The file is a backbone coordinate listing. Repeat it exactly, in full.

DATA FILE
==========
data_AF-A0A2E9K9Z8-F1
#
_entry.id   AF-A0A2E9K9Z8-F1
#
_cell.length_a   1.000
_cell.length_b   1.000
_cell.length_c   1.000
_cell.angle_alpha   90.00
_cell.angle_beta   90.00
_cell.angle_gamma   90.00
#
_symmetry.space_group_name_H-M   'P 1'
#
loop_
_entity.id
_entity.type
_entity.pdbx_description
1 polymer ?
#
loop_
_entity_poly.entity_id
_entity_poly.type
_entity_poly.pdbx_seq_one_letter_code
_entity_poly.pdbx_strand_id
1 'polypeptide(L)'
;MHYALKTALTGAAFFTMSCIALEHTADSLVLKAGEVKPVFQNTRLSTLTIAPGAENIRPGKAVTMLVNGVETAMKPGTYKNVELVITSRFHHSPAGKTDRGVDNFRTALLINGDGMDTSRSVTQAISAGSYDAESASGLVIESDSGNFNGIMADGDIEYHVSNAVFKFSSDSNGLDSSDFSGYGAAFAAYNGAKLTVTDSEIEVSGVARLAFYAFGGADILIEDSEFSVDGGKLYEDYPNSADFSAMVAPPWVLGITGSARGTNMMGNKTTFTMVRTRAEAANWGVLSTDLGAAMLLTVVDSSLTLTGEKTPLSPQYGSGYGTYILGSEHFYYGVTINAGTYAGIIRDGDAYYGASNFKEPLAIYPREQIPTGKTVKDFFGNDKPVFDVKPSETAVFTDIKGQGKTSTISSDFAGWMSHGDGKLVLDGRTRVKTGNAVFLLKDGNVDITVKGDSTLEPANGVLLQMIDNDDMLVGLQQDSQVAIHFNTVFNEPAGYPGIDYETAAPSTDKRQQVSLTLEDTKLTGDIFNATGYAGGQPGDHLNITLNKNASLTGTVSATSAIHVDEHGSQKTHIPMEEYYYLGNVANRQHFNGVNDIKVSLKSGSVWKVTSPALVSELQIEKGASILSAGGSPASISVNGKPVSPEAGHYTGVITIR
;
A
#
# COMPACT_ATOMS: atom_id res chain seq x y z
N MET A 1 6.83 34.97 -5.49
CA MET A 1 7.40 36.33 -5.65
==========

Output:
data_AF-A0A2E9K9Z8-F1
#
_entry.id   AF-A0A2E9K9Z8-F1
#
_cell.length_a   1.000
_cell.length_b   1.000
_cell.length_c   1.000
_cell.angle_alpha   90.00
_cell.angle_beta   90.00
_cell.angle_gamma   90.00
#
_symmetry.space_group_name_H-M   'P 1'
#
loop_
_entity.id
_entity.type
_entity.pdbx_description
1 polymer ?
#
loop_
_entity_poly.entity_id
_entity_poly.type
_entity_poly.pdbx_seq_one_letter_code
_entity_poly.pdbx_strand_id
1 'polypeptide(L)'
;MHYALKTALTGAAFFTMSCIALEHTADSLVLKAGEVKPVFQNTRLSTLTIAPGAENIRPGKAVTMLVNGVETAMKPGTYKNVELVITSRFHHSPAGKTDRGVDNFRTALLINGDGMDTSRSVTQAISAGSYDAESASGLVIESDSGNFNGIMADGDIEYHVSNAVFKFSSDSNGLDSSDFSGYGAAFAAYNGAKLTVTDSEIEVSGVARLAFYAFGGADILIEDSEFSVDGGKLYEDYPNSADFSAMVAPPWVLGITGSARGTNMMGNKTTFTMVRTRAEAANWGVLSTDLGAAMLLTVVDSSLTLTGEKTPLSPQYGSGYGTYILGSEHFYYGVTINAGTYAGIIRDGDAYYGASNFKEPLAIYPREQIPTGKTVKDFFGNDKPVFDVKPSETAVFTDIKGQGKTSTISSDFAGWMSHGDGKLVLDGRTRVKTGNAVFLLKDGNVDITVKGDSTLEPANGVLLQMIDNDDMLVGLQQDSQVAIHFNTVFNEPAGYPGIDYETAAPSTDKRQQVSLTLEDTKLTGDIFNATGYAGGQPGDHLNITLNKNASLTGTVSATSAIHVDEHGSQKTHIPMEEYYYLGNVANRQHFNGVNDIKVSLKSGSVWKVTSPALVSELQIEKGASILSAGGSPASISVNGKPVSPEAGHYTGVITIR
;
A
#
# COMPACT_ATOMS: atom_id res chain seq x y z
N MET A 1 6.83 34.97 -5.49
CA MET A 1 7.40 36.33 -5.65